Spotlight on The Center for HIV Law and Policy (CHLP)


Back in January we shone the Progressive Lawyer spotlight on the The Center for HIV Law & Policy and chatted with Legal Director Ivan Espinoza-Madrigal. With news that Ivan has moved on to head the Lawyers’ Committee for Civil Rights in Boston (of which we hope to do a feature on soon) we thought it appropriate to revisit this post in case you missed it. Catherine Hanssens is the current Executive Director and Founder, Tosh Anderson is the Program Manager and Mayo Schreiber is the Senior Criminal Law and Managing Consultant.

This week we talk to Ivan Espinoza-Madrigal of The Center for HIV Law and Policy (CHLP) on the work they do to reduce the impact of HIV on vulnerable and marginalized communities and to secure the human rights of people affected by HIV

Progressive Lawyer: Please introduce yourself and describe your role in The Center for HIV Law & Policy.

Ivan Espinoza-Madrigal: My name is Ivan Espinoza-Madrigal, and I am a civil rights lawyer advocating for racial justice, immigration and LGBT/HIV equality. I am the Legal Director of The Center for HIV Law and Policy (CHLP). As Legal Director, I set legal and policy strategy, guide CHLP’s work, and supervise the organization’s lawyers and staff. I oversee CHLP’s legal and policy efforts across the country. CHLP’s website contains more information about our work (

PL: Why was CHLP started? What issues does it confront?

IE-M: CHLP is a national legal and policy resource and strategy center working to reduce the impact of HIV on vulnerable and marginalized communities and to secure the human rights of people affected by HIV. CHLP is a national leader on policy development. We advise policy makers, lawyers, and community advocates.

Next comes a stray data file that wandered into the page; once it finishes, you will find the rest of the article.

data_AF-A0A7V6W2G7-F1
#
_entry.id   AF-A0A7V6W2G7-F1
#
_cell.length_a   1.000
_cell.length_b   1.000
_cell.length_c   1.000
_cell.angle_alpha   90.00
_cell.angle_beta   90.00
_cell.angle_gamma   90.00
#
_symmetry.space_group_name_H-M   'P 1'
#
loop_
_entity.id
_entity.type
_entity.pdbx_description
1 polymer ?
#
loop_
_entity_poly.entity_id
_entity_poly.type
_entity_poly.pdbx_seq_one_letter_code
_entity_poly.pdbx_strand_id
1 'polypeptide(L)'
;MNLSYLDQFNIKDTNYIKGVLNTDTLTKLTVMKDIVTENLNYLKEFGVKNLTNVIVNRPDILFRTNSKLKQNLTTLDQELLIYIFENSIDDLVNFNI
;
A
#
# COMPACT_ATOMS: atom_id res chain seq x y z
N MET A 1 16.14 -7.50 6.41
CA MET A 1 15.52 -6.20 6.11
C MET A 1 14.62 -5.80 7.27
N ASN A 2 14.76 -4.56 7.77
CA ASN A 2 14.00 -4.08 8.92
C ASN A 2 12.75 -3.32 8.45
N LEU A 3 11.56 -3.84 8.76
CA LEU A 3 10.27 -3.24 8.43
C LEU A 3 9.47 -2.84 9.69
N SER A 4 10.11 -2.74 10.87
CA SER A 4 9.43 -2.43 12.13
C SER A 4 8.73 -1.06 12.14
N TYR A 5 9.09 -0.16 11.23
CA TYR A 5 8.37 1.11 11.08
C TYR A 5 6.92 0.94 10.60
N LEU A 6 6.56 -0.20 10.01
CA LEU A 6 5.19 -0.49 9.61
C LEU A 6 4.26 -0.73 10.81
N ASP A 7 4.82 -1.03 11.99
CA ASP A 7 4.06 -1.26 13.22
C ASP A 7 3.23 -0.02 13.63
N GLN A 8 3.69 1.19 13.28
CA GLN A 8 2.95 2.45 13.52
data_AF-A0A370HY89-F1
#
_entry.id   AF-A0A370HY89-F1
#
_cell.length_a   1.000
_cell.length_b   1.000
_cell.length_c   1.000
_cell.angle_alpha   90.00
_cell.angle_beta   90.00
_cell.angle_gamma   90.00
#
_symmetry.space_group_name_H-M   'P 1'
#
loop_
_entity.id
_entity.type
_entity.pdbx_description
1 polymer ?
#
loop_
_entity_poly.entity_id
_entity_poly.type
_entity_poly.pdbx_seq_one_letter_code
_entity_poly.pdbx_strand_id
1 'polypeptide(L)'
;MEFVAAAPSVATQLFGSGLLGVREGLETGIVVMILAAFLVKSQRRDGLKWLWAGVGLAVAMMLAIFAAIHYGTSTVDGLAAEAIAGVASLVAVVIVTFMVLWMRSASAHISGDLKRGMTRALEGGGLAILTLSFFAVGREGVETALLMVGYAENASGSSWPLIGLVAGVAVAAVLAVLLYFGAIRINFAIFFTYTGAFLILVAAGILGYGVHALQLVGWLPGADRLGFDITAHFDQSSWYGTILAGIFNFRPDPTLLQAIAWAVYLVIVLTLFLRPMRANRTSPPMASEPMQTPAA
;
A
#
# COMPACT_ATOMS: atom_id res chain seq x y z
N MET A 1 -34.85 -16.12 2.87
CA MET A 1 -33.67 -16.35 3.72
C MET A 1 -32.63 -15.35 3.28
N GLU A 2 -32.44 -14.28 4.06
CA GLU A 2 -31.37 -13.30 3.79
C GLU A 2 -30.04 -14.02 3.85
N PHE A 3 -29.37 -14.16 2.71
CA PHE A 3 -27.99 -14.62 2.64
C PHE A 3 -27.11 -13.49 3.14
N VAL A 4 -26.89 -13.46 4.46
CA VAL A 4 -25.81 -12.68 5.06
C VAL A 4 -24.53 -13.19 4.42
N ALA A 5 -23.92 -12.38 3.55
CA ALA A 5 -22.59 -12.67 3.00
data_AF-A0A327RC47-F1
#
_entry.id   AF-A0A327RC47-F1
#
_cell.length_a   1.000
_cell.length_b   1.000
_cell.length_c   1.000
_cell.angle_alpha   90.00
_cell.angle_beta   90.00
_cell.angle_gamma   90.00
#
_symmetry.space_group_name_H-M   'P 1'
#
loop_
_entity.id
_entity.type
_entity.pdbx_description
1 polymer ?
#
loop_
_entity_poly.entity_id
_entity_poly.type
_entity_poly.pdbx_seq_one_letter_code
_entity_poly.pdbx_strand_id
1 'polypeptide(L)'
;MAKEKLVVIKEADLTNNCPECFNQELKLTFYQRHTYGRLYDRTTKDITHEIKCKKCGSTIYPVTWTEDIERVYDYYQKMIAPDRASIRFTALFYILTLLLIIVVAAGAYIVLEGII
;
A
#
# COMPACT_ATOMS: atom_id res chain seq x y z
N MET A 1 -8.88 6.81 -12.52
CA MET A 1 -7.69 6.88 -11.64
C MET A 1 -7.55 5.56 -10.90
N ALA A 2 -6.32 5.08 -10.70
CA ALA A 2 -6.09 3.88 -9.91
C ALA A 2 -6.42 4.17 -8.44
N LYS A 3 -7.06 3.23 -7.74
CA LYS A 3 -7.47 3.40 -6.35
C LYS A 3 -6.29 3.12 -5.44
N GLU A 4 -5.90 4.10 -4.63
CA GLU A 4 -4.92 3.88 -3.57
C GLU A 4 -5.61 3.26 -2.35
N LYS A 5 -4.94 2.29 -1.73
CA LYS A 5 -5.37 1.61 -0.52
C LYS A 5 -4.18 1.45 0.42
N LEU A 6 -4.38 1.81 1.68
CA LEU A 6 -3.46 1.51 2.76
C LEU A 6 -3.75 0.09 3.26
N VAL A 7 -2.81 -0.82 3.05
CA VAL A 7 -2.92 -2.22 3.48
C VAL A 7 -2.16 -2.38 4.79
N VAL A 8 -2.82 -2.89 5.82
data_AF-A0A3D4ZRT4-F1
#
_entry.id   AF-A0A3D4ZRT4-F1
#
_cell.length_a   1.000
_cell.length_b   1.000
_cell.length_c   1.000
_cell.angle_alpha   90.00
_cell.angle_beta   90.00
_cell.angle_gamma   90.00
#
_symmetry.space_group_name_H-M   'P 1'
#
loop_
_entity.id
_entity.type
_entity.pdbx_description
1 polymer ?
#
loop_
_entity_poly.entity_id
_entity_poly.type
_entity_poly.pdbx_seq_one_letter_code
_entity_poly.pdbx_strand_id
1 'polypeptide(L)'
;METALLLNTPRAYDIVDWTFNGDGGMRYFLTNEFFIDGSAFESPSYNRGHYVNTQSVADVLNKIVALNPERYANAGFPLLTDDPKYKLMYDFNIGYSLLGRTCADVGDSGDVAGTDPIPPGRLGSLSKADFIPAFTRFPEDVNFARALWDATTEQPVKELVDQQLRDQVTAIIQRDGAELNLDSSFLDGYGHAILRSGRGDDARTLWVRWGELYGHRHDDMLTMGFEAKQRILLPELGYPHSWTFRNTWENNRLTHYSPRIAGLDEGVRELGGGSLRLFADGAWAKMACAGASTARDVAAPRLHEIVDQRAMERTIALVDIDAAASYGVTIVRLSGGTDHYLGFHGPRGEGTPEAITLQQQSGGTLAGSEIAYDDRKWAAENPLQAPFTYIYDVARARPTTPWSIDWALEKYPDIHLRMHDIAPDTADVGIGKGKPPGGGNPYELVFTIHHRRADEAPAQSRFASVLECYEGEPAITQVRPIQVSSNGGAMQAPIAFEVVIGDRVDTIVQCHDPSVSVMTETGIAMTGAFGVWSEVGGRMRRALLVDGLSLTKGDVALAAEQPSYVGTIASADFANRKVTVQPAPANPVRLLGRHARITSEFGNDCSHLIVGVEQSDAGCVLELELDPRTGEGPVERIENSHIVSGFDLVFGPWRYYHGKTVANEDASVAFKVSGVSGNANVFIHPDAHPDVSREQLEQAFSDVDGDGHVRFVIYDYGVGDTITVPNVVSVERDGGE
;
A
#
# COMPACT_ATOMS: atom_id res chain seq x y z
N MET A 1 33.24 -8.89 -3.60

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Canadian Lawyers Abroad – Avocats canadiens à l’étranger: Using Law to Improve Lives

For this edition of the Progressive Lawyer Spotlight, we shine it on Canadian Lawyers Abroad – Avocats canadiens à l’étranger, an amazing organization that supports good governance, rule of law and human rights work in the developing world and Canada. We recently spoke to Executive Director Brittany Twiss who took time out of her very busy schedule to fill us in on what CLA-ACE is all about.

Progressive Lawyer: Please give us an overview of the kind of projects CLA-ACE is involved in.

Brittany Twiss: CLA-ACE is a catalyst for positive social change. Through education and engagement we are increasing access to justice for marginalized populations worldwide, and enabling law students and lawyers to use their legal training to make a difference. Two extraordinary women, Yasmin Shaker (International Trade and Investment Counsel, Department of Foreign Affairs, Trade and Development) and Catherine McKenna (Ottawa Centre Candidate, Liberty Party of Canada), founded CLA-ACE in 2005 in Ottawa.

At present, we have three major programs in operation:

National Dare to Dream Program

We are positively transforming the way First Nation, Métis, and Inuit youth aged 11-14 perceive and engage with the justice system through meaningful interaction with legal professionals and fun, justice-focused learning activities. Dare to Dream is now in operation in Toronto, Ottawa, Saskatoon, Calgary and the Siksika Nation, with over 150 students and 80 volunteers participating.

National Student Chapter Program

We have Student Chapters at 15 law schools across Canada where we educate and engage students on pressing social justice issues. In the fall of 2014, we worked with various refugee law experts to draft a report and host an intensive two-day conference on “Access to Justice for Refugees” at UOttawa. After attending the conference, the students from across Canada returned to their schools to host their own refugee rights events and contribute reports to our national student journal.

International Student Internship Program